/ Northern Corries this weekend (17/18 Feb)

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mcawle - on 16:40 Thu

Hi all, we're booked on the sleeper to Aviemore from London this weekend. We've got all of Saturday and Sunday, with the intention of climbing in the Norther Corries.

Reasons for crag selection are: (1) bus access from Aviemore - wasn't intending to hire a car for the two days; (2) good range of easy routes as we are newbies.

However, avalanche risk and snow depth are not looking good - and I don't really expect them to improve until after the weekend, given the forecast. So I am now wondering whether we will be able to get anything done.

I haven't been to the Northern Corries before, so I don't know the terrain. 

Even if we stuck to the ridges, I assume that the approach/descent from the Corries will carry considerable avalanche hazard in the current conditions.

So I am preparing myself for having booked a train trip to build snow men around the car park. Not the end of the world, but not what we were hoping for.

Am I being overly pessimistic?

Post edited at 16:40
ebdon on 17:20 Thu
In reply to mcawle:

Lurchers crag can be ok when snow conditions are bad (disclaimer: i havnt looked at sais recently so im not sure what aspects are dangerous)

jasonC abroad - on 17:26 Thu
In reply to mcawle:

There is a bus from the town (outside the train station I think) to the ski cark park where you walk to the Corries, about an hour.

I doubt if the walking/out will contain much in the way of avalanche hazard as the path goes up a wide valley, but others might have better information on this.  Once your at the Corrie there is probably more of a threat.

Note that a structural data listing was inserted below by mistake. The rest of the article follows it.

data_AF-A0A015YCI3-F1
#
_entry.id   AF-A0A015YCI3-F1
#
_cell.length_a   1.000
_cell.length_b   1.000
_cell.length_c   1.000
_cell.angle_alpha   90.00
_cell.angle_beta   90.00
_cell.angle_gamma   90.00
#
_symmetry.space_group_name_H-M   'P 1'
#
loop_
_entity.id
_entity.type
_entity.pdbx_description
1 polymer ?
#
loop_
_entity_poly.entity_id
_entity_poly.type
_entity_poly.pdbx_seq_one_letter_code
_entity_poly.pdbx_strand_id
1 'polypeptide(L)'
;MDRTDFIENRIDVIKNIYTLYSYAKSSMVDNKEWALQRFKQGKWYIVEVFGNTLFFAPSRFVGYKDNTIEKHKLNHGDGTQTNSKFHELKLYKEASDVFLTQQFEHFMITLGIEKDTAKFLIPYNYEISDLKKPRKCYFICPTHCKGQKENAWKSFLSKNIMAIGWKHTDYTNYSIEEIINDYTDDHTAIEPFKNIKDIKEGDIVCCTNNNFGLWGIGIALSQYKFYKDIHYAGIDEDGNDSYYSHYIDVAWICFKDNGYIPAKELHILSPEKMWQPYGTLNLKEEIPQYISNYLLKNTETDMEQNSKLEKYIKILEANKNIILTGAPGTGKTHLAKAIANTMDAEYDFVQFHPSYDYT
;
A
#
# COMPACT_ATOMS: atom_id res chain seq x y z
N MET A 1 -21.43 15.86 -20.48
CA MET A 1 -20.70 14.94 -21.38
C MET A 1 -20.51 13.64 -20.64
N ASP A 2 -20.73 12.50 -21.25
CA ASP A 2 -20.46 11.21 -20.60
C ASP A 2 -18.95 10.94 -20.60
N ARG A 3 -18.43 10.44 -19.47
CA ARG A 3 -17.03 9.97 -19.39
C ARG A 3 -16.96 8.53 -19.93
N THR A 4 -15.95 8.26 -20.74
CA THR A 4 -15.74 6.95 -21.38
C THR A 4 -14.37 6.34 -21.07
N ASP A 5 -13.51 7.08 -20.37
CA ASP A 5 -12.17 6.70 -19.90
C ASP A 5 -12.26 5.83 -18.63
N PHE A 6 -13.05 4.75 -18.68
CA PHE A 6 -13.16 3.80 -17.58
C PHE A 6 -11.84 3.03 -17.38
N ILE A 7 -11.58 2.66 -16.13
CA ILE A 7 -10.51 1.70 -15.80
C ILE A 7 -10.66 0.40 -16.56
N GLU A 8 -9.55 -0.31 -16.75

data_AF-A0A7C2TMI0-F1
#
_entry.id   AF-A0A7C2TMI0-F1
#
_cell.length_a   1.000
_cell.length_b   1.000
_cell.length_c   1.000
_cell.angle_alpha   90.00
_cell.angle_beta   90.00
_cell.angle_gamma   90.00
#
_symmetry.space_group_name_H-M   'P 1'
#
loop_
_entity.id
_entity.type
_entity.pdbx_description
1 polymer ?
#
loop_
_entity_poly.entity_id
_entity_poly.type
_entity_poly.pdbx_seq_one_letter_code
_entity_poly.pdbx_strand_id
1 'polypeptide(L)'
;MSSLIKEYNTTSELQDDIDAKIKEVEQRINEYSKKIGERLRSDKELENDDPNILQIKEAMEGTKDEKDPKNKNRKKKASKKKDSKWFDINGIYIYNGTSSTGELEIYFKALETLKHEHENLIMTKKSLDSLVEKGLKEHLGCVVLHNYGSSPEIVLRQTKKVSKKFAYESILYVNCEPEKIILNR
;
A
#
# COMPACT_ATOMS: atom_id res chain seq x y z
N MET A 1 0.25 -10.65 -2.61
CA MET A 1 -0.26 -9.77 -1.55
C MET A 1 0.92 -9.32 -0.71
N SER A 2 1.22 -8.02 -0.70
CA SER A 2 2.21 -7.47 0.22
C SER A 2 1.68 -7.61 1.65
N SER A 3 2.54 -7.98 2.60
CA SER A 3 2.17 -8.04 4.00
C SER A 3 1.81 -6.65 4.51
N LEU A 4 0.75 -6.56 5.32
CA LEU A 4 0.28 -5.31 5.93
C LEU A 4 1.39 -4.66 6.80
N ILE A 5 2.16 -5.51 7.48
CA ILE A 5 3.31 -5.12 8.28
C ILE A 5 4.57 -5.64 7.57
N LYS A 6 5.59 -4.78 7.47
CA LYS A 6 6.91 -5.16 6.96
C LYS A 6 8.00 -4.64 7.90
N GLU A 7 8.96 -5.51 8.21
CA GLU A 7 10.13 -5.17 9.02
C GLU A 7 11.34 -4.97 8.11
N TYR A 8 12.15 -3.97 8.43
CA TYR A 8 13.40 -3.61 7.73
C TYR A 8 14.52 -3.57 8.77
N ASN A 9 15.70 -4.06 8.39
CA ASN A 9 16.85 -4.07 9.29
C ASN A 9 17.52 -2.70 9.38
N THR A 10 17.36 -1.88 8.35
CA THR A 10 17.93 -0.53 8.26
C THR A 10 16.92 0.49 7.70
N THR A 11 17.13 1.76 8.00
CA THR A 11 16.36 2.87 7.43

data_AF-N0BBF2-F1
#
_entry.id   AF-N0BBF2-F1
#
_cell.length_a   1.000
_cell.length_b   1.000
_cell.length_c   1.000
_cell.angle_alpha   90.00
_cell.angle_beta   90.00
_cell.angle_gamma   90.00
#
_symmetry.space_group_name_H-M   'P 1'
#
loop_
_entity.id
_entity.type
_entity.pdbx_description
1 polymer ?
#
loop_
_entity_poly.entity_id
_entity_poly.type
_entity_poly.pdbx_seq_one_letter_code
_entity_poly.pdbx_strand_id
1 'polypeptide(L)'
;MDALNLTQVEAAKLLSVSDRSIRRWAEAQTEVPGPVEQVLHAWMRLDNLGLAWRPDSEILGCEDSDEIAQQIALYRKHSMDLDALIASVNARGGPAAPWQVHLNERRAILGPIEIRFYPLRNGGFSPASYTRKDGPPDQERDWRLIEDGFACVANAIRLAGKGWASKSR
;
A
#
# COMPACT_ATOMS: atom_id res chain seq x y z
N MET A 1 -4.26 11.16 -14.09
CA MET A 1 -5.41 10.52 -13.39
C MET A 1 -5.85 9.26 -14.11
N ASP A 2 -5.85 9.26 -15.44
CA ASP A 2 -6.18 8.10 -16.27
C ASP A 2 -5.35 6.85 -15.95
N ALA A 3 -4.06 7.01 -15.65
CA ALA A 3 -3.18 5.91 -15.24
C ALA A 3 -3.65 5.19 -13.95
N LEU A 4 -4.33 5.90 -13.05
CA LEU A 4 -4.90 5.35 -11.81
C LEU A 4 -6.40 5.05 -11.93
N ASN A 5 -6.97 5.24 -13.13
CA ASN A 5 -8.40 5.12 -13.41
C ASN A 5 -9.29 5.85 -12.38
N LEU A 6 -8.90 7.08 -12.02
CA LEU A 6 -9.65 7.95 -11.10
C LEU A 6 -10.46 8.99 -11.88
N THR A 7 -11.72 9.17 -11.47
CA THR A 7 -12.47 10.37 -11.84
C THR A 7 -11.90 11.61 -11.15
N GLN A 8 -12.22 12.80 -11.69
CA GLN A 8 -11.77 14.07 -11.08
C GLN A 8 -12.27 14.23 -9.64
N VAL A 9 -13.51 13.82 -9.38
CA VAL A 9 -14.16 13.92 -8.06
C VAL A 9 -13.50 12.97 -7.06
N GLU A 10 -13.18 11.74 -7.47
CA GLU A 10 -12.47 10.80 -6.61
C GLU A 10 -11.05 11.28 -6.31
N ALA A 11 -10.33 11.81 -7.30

There are a number of easy climbs in the main Corries, things like Jacobs Ladder, The Runnel, probably best to have a look on the crag map on this site to see what people have been doing recently, but like you say it will depend on the conditions.  You could possible walk on the plateau if there is nothing else to do but I've never been to the Northern Corries when there was plenty of snow, usually the bare minimum or none.

The train is great but be prepared to get off very quickly, they barely stop, it feels like you have about 30 seconds to get off.

Have a good time

Post edited at 17:26
Sophie G. - on 19:10 Thu
In reply to mcawle:

Hmm, it does look a bit plastered, with big risk on NE and N aspects.

Certainly, on that forecast, I wouldn't fancy being in the gullies in Coire an t-Sneachda this weekend. But think laterally. (a) Find a different aspect to climb on--if you can get there safely, or at all. Creagan Cha-No (S-facing) or Lurcher's (W-facing) might work--if you can get there...

In view of the getting-there difficulty, plus the fact that the sleeper won't get you to Aviemore all that early, (b) maybe this is the weekend to learn to ski?